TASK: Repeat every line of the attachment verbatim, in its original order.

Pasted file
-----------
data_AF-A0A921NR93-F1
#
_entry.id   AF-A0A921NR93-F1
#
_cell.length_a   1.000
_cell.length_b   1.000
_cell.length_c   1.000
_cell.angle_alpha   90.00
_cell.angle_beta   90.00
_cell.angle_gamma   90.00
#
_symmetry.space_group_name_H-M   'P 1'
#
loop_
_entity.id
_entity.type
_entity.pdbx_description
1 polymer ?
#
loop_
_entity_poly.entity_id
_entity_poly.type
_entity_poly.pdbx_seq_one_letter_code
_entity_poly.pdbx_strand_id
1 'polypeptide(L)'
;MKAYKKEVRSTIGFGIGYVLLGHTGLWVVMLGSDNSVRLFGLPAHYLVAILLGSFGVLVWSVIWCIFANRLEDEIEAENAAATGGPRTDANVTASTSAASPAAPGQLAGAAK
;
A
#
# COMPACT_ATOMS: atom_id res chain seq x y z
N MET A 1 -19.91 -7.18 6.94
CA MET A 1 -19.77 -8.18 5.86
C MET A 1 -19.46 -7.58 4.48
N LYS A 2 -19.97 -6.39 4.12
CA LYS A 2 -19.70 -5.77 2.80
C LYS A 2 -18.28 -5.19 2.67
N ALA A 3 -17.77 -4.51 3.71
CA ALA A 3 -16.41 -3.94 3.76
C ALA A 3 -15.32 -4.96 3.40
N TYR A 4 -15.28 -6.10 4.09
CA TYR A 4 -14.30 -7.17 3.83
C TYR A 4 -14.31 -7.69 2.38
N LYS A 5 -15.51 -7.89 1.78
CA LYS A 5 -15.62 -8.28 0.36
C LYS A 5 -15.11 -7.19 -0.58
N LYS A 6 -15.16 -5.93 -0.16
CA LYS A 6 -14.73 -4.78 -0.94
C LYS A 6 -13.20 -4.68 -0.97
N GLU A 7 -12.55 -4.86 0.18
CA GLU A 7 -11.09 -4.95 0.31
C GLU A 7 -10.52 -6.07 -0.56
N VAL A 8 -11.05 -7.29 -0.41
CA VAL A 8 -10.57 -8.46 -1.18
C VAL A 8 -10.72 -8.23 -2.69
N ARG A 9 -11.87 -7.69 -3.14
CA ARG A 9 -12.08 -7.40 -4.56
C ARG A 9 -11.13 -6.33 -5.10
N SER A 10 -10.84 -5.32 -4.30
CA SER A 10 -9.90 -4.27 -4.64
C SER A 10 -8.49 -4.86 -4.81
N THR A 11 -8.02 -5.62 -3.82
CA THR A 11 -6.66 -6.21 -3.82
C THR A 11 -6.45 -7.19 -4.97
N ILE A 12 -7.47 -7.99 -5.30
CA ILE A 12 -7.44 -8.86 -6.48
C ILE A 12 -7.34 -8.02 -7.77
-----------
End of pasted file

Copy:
data_AF-A0A921NR93-F1
#
_entry.id   AF-A0A921NR93-F1
#
_cell.length_a   1.000
_cell.length_b   1.000
_cell.length_c   1.000
_cell.angle_alpha   90.00
_cell.angle_beta   90.00
_cell.angle_gamma   90.00
#
_symmetry.space_group_name_H-M   'P 1'
#
loop_
_entity.id
_entity.type
_entity.pdbx_description
1 polymer ?
#
loop_
_entity_poly.entity_id
_entity_poly.type
_entity_poly.pdbx_seq_one_letter_code
_entity_poly.pdbx_strand_id
1 'polypeptide(L)'
;MKAYKKEVRSTIGFGIGYVLLGHTGLWVVMLGSDNSVRLFGLPAHYLVAILLGSFGVLVWSVIWCIFANRLEDEIEAENAAATGGPRTDANVTASTSAASPAAPGQLAGAAK
;
A
#
# COMPACT_ATOMS: atom_id res chain seq x y z
N MET A 1 -19.91 -7.18 6.94
CA MET A 1 -19.77 -8.18 5.86
C MET A 1 -19.46 -7.58 4.48
N LYS A 2 -19.97 -6.39 4.12
CA LYS A 2 -19.70 -5.77 2.80
C LYS A 2 -18.28 -5.19 2.67
N ALA A 3 -17.77 -4.51 3.71
CA ALA A 3 -16.41 -3.94 3.76
C ALA A 3 -15.32 -4.96 3.40
N TYR A 4 -15.28 -6.10 4.09
CA TYR A 4 -14.30 -7.17 3.83
C TYR A 4 -14.31 -7.69 2.38
N LYS A 5 -15.51 -7.89 1.78
CA LYS A 5 -15.62 -8.28 0.36
C LYS A 5 -15.11 -7.19 -0.58
N LYS A 6 -15.16 -5.93 -0.16
CA LYS A 6 -14.73 -4.78 -0.94
C LYS A 6 -13.20 -4.68 -0.97
N GLU A 7 -12.55 -4.86 0.18
CA GLU A 7 -11.09 -4.95 0.31
C GLU A 7 -10.52 -6.07 -0.56
N VAL A 8 -11.05 -7.29 -0.41
CA VAL A 8 -10.57 -8.46 -1.18
C VAL A 8 -10.72 -8.23 -2.69
N ARG A 9 -11.87 -7.69 -3.14
CA ARG A 9 -12.08 -7.40 -4.56
C ARG A 9 -11.13 -6.33 -5.10
N SER A 10 -10.84 -5.32 -4.30
CA SER A 10 -9.90 -4.27 -4.64
C SER A 10 -8.49 -4.86 -4.81
N THR A 11 -8.02 -5.62 -3.82
CA THR A 11 -6.66 -6.21 -3.82
C THR A 11 -6.45 -7.19 -4.97
N ILE A 12 -7.47 -7.99 -5.30
CA ILE A 12 -7.44 -8.86 -6.48
C ILE A 12 -7.34 -8.02 -7.77